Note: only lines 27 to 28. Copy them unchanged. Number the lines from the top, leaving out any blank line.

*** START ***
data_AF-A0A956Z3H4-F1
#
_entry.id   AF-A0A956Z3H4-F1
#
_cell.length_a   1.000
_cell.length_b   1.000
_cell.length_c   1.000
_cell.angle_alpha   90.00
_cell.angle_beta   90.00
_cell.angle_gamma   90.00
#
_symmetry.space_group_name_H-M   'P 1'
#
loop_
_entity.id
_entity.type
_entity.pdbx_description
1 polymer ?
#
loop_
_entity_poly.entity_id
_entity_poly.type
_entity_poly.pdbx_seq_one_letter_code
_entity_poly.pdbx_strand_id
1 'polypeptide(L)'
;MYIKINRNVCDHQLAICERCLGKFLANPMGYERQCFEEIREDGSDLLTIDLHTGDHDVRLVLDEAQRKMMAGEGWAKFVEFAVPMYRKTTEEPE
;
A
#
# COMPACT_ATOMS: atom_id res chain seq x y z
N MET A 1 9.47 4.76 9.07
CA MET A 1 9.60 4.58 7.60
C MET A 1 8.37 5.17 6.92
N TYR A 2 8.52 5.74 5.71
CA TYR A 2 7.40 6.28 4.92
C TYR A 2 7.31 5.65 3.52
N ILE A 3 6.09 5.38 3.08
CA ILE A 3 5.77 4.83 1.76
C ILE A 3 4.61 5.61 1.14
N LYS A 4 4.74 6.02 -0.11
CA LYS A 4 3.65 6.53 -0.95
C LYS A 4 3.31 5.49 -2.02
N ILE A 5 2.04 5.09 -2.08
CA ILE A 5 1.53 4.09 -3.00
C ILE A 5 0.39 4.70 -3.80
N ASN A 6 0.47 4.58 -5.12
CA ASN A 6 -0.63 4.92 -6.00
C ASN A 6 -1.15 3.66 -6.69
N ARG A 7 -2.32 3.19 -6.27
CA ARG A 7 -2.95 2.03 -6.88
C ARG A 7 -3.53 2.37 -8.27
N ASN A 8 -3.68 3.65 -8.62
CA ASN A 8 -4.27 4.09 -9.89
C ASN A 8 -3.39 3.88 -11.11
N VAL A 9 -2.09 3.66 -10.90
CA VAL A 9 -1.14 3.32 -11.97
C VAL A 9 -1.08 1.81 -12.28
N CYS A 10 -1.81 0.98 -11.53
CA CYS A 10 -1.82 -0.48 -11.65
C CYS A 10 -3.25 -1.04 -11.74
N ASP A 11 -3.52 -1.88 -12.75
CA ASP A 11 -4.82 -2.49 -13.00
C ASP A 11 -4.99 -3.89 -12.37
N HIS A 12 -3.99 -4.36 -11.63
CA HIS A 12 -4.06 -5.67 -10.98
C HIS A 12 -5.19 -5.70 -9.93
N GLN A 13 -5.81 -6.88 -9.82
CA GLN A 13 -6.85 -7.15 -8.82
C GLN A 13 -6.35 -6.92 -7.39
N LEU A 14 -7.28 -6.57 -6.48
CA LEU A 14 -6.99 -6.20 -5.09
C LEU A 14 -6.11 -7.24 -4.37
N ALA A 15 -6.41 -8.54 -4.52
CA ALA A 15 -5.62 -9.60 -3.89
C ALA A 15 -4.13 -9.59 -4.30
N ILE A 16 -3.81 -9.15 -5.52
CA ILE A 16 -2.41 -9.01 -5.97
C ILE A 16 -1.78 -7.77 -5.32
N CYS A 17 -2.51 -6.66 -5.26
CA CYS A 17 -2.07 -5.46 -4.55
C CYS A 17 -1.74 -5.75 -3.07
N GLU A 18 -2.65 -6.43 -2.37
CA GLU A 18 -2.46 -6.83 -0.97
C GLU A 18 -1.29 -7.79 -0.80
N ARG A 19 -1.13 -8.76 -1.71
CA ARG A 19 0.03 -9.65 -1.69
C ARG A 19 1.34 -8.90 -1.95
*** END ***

;
A